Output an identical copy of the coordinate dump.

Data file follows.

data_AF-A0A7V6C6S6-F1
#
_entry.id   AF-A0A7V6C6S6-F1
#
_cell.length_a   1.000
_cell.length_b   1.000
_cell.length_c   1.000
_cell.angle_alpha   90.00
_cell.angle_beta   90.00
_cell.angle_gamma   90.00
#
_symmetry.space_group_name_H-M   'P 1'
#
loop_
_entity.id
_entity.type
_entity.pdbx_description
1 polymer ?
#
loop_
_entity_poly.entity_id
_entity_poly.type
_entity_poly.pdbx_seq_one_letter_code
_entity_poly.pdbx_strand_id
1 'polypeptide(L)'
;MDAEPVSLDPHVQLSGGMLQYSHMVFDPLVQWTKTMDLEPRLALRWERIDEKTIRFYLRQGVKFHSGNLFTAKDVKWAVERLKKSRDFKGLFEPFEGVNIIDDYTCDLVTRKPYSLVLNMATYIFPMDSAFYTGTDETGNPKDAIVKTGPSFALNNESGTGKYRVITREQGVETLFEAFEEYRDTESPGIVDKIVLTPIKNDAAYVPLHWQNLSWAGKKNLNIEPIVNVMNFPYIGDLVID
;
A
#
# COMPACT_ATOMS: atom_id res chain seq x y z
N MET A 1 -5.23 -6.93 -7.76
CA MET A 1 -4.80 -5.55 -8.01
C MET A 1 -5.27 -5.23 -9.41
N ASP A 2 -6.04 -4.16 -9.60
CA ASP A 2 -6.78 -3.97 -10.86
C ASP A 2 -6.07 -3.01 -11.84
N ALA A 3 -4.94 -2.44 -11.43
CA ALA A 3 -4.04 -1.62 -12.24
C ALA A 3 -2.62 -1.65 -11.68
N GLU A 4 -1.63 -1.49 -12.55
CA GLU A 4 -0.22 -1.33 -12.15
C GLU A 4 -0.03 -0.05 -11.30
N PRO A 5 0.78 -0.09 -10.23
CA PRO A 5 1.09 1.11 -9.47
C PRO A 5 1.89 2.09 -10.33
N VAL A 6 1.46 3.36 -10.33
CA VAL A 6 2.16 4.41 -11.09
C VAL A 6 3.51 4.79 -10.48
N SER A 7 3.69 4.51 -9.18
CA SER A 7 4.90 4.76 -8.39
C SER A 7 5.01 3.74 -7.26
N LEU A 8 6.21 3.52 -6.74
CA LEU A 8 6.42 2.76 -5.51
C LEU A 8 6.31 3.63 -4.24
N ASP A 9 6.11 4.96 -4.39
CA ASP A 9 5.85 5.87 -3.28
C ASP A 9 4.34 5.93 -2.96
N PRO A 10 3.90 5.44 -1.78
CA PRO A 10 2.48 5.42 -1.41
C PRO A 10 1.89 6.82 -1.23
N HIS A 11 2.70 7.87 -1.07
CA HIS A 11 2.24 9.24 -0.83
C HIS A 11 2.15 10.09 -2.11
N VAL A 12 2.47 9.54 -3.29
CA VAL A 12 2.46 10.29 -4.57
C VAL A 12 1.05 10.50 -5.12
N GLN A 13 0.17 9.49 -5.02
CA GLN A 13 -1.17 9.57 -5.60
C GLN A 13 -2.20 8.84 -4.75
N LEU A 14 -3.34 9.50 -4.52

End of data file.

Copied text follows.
data_AF-A0A7V6C6S6-F1
#
_entry.id   AF-A0A7V6C6S6-F1
#
_cell.length_a   1.000
_cell.length_b   1.000
_cell.length_c   1.000
_cell.angle_alpha   90.00
_cell.angle_beta   90.00
_cell.angle_gamma   90.00
#
_symmetry.space_group_name_H-M   'P 1'
#
loop_
_entity.id
_entity.type
_entity.pdbx_description
1 polymer ?
#
loop_
_entity_poly.entity_id
_entity_poly.type
_entity_poly.pdbx_seq_one_letter_code
_entity_poly.pdbx_strand_id
1 'polypeptide(L)'
;MDAEPVSLDPHVQLSGGMLQYSHMVFDPLVQWTKTMDLEPRLALRWERIDEKTIRFYLRQGVKFHSGNLFTAKDVKWAVERLKKSRDFKGLFEPFEGVNIIDDYTCDLVTRKPYSLVLNMATYIFPMDSAFYTGTDETGNPKDAIVKTGPSFALNNESGTGKYRVITREQGVETLFEAFEEYRDTESPGIVDKIVLTPIKNDAAYVPLHWQNLSWAGKKNLNIEPIVNVMNFPYIGDLVID
;
A
#
# COMPACT_ATOMS: atom_id res chain seq x y z
N MET A 1 -5.23 -6.93 -7.76
CA MET A 1 -4.80 -5.55 -8.01
C MET A 1 -5.27 -5.23 -9.41
N ASP A 2 -6.04 -4.16 -9.60
CA ASP A 2 -6.78 -3.97 -10.86
C ASP A 2 -6.07 -3.01 -11.84
N ALA A 3 -4.94 -2.44 -11.43
CA ALA A 3 -4.04 -1.62 -12.24
C ALA A 3 -2.62 -1.65 -11.68
N GLU A 4 -1.63 -1.49 -12.55
CA GLU A 4 -0.22 -1.33 -12.15
C GLU A 4 -0.03 -0.05 -11.30
N PRO A 5 0.78 -0.09 -10.23
CA PRO A 5 1.09 1.11 -9.47
C PRO A 5 1.89 2.09 -10.33
N VAL A 6 1.46 3.36 -10.33
CA VAL A 6 2.16 4.41 -11.09
C VAL A 6 3.51 4.79 -10.48
N SER A 7 3.69 4.51 -9.18
CA SER A 7 4.90 4.76 -8.39
C SER A 7 5.01 3.74 -7.26
N LEU A 8 6.21 3.52 -6.74
CA LEU A 8 6.42 2.76 -5.51
C LEU A 8 6.31 3.63 -4.24
N ASP A 9 6.11 4.96 -4.39
CA ASP A 9 5.85 5.87 -3.28
C ASP A 9 4.34 5.93 -2.96
N PRO A 10 3.90 5.44 -1.78
CA PRO A 10 2.48 5.42 -1.41
C PRO A 10 1.89 6.82 -1.23
N HIS A 11 2.70 7.87 -1.07
CA HIS A 11 2.24 9.24 -0.83
C HIS A 11 2.15 10.09 -2.11
N VAL A 12 2.47 9.54 -3.29
CA VAL A 12 2.46 10.29 -4.57
C VAL A 12 1.05 10.50 -5.12
N GLN A 13 0.17 9.49 -5.02
CA GLN A 13 -1.17 9.57 -5.60
C GLN A 13 -2.20 8.84 -4.75
N LEU A 14 -3.34 9.50 -4.52